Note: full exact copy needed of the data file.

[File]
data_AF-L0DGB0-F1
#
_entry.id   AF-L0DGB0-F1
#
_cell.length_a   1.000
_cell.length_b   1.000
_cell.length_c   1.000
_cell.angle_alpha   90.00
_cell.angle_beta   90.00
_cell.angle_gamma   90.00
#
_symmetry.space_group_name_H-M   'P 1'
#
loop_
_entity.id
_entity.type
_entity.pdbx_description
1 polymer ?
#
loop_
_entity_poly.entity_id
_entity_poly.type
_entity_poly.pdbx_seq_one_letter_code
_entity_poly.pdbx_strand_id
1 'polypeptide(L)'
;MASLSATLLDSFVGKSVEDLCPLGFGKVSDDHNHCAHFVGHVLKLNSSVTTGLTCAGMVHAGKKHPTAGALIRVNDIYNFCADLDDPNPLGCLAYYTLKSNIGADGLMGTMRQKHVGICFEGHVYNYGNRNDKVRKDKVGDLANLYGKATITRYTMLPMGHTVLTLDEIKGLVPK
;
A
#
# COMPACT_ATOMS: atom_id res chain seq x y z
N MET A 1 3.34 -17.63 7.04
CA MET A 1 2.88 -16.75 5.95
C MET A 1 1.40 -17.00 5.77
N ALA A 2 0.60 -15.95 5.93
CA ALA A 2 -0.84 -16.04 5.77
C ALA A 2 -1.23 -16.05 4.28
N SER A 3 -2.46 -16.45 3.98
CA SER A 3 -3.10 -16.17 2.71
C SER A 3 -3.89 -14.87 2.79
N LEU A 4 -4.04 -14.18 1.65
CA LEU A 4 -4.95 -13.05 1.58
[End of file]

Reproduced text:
data_AF-L0DGB0-F1
#
_entry.id   AF-L0DGB0-F1
#
_cell.length_a   1.000
_cell.length_b   1.000
_cell.length_c   1.000
_cell.angle_alpha   90.00
_cell.angle_beta   90.00
_cell.angle_gamma   90.00
#
_symmetry.space_group_name_H-M   'P 1'
#
loop_
_entity.id
_entity.type
_entity.pdbx_description
1 polymer ?
#
loop_
_entity_poly.entity_id
_entity_poly.type
_entity_poly.pdbx_seq_one_letter_code
_entity_poly.pdbx_strand_id
1 'polypeptide(L)'
;MASLSATLLDSFVGKSVEDLCPLGFGKVSDDHNHCAHFVGHVLKLNSSVTTGLTCAGMVHAGKKHPTAGALIRVNDIYNFCADLDDPNPLGCLAYYTLKSNIGADGLMGTMRQKHVGICFEGHVYNYGNRNDKVRKDKVGDLANLYGKATITRYTMLPMGHTVLTLDEIKGLVPK
;
A
#
# COMPACT_ATOMS: atom_id res chain seq x y z
N MET A 1 3.34 -17.63 7.04
CA MET A 1 2.88 -16.75 5.95
C MET A 1 1.40 -17.00 5.77
N ALA A 2 0.60 -15.95 5.93
CA ALA A 2 -0.84 -16.04 5.77
C ALA A 2 -1.23 -16.05 4.28
N SER A 3 -2.46 -16.45 3.98
CA SER A 3 -3.10 -16.17 2.71
C SER A 3 -3.89 -14.87 2.79
N LEU A 4 -4.04 -14.18 1.65
CA LEU A 4 -4.95 -13.05 1.58